Degenerative Myelopathy - Generally appearing in middle-aged dogs degenerative myelopathy is relatively common in German Shepherd Dogs. Triggered by the body's auto-immune system, a progressive degeneration of the spinal cord occurs. Beginning with the hind limbs this disease progressively weakens the entire body.
Skin Problems- Unlike humans who react to allergens with nasal symptoms, dogs react with skin problems. These problems may range from poor coat texture or length, to itching and chewing, to hot spots and self mutilation. Allergies may also play a part in chronic ear infections. To make matters more difficult to diagnose and treat, thyroid disease may add to the problem as well.
Hemophilia A -This recessive genetic disorder is usually found in males, with females being the carriers. Commonly referred to as the "bleeders disease", hemophilia is due to insufficient levels of the factor VIII blood clotting factor. Usually accompanied by hematomas (pockets of blood under the skin), this condition is present from birth.
Pancreatitis- Pancreatitis is the inflammation of the pancreas. This condition can occur once in dogs life, or be the first of many (chronic) occurrences. One of the main contributors to pancreatic flair ups is dietary (dog fed a particularly high fat meal), which the digestive system is not accustomed to.
Diabetes Mellitus -As with diabetes in humans, diabetes mellitus in dogs is primarily attributed to insufficient insulin production by the pancreas. Diabetes impacts the entire animal. With early diagnosis, treatment, and controlled diet the animal can live a long healthy life.
Progressive Retinal Atrophy (PRA) - Progressive Retinal Atrophy (PRA) and Central Progressive Retinal Atrophy (CPRA) are among the most common eye problems in German Shepherd Dogs. These conditions usually begin to display symptoms at about 2 years of age. They are progressive in their degeneration. Both conditions are hereditary.
Sub-Aortic Stenosis (SAS) -This congenital heart condition has been found in German Shepherd Dogs, although major efforts are underway to eliminate (severely reduce) this condition. Ranging from minor heart murmurs to fatal, this condition covers a wide array of symptoms.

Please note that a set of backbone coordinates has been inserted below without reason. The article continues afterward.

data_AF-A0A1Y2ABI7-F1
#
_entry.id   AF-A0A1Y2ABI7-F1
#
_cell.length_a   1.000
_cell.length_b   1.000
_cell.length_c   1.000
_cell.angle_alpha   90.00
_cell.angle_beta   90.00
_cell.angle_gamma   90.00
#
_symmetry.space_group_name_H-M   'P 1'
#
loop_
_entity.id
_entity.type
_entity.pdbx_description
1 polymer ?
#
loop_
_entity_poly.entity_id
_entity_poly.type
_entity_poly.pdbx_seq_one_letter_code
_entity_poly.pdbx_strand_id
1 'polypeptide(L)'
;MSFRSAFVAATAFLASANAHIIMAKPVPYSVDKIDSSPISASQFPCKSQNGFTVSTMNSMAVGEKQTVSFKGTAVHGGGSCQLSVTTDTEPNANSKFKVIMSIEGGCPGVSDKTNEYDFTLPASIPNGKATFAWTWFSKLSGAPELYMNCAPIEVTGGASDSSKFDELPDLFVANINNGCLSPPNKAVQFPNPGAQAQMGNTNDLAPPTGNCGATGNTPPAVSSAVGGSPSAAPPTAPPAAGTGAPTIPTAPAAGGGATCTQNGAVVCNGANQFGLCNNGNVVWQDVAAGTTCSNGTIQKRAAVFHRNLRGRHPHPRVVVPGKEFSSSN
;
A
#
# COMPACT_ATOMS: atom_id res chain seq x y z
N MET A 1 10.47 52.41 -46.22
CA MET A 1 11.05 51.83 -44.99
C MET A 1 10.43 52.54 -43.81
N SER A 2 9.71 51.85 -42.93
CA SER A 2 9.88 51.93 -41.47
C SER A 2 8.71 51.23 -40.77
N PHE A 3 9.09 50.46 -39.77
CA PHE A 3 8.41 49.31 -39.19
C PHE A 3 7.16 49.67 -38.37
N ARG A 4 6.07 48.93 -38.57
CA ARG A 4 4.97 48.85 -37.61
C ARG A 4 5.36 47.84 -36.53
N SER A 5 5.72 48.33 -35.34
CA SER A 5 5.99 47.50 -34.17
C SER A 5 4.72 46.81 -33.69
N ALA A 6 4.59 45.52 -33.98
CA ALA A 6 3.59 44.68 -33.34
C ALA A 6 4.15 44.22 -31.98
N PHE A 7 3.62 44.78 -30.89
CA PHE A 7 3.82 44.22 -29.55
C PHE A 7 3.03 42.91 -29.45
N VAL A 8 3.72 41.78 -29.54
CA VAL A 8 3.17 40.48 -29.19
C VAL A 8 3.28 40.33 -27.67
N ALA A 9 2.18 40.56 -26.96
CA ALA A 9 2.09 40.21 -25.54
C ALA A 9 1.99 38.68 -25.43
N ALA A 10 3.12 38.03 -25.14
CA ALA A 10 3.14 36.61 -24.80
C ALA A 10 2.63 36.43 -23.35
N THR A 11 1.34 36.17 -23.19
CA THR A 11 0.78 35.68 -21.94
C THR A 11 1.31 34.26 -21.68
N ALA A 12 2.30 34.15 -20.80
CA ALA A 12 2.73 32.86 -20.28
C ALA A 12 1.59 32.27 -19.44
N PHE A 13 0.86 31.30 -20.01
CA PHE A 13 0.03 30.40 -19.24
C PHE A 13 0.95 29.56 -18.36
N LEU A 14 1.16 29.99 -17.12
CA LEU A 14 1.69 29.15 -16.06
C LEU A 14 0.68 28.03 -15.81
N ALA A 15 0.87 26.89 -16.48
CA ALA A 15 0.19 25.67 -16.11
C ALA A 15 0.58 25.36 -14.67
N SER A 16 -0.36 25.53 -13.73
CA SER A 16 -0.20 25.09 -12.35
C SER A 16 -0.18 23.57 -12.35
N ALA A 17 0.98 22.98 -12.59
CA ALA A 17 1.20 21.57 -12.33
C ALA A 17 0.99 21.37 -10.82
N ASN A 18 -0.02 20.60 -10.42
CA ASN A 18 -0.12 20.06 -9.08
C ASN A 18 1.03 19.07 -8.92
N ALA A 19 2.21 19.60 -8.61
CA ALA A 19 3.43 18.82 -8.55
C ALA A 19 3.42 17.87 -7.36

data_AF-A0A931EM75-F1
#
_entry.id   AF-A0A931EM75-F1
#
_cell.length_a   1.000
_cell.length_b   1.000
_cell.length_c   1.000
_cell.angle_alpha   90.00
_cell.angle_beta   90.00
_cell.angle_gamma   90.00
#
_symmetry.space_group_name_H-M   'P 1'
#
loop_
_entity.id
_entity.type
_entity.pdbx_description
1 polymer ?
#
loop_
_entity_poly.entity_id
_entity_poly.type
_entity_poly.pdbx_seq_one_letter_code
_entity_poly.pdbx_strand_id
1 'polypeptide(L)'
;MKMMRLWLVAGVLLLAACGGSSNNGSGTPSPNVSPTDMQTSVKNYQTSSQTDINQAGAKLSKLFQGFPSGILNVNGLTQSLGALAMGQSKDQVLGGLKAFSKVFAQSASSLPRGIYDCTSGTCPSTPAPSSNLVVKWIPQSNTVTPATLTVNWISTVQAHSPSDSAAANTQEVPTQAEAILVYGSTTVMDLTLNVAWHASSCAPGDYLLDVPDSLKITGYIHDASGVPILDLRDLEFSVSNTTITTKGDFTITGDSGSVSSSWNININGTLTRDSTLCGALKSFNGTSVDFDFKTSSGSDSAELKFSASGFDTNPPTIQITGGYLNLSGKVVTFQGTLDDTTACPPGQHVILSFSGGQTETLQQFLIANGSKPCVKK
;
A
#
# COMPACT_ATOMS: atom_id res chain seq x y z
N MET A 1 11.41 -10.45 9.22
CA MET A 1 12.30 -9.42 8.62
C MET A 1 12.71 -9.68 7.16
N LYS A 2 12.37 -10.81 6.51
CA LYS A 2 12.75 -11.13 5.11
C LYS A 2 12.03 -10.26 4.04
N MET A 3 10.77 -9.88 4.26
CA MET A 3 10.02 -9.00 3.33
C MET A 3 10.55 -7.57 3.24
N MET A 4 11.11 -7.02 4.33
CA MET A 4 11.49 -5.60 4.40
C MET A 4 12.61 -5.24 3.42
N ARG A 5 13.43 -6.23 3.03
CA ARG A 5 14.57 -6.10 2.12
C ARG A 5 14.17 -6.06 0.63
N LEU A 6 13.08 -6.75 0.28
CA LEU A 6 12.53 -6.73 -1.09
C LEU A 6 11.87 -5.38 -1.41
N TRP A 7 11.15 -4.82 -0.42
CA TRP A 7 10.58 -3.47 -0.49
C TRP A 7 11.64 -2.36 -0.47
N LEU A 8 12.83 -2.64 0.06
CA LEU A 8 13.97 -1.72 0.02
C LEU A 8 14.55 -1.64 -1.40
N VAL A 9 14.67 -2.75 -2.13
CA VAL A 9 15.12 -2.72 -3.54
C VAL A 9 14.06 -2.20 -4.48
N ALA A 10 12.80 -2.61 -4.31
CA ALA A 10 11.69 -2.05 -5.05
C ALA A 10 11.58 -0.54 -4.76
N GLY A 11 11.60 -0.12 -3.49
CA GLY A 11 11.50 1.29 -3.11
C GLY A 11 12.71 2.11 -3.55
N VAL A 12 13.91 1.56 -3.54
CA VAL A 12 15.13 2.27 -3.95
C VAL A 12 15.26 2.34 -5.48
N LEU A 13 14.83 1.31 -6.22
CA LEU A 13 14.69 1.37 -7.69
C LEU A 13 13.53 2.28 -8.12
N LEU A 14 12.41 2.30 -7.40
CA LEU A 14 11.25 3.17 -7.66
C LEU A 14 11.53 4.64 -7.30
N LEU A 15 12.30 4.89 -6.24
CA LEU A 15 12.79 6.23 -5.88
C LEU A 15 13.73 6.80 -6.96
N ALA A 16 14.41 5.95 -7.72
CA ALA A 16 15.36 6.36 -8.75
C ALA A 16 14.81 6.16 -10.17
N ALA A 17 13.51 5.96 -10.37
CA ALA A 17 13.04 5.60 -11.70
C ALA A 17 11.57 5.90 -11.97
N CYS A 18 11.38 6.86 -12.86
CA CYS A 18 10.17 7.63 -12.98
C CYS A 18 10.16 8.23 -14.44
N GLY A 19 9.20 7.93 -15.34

Epilepsy - Epilepsy is a hereditary seizure disorder. This disease cannot be cured, but it can be controlled with medication. The dog with epilepsy can live a fairly normal life, but cannot be placed in the stressful situation of showing, and certainly should not be bred.
Von Willebrand's Disease (vWD)- von Willebrand's disease is a hereditary bleeding disorder. It impacts the dog's ability to clot blood (similar to hemophilia). This disorder is found in both males and females.
Bilateral Cataracts -Cataracts in dogs can be identified as opaque spots on the lens of the eye. These spots may cause total or partial loss of vision. Some cataracts are hereditary while others are not. In some cases surgery may help the dog recover.
Cherry Eye-The tear gland that normally occupies the base of the third eyelid occasionally becomes enlarged, and will protrude beyond the leading edge of the third eyelid. This protrusion will appear as a round, red mass (cherry eye).
Cryptorchidism- Cryptorchidism is a genetic condition in which either one or both testicles do not descend into proper location within the scrotum. This is hereditary and dogs exhibiting this condition should never be used for breeding.
Bloat- Bloat is a condition where a dog's stomach produces excessive gas and enlarges severely enough to cause death without immediate treatment.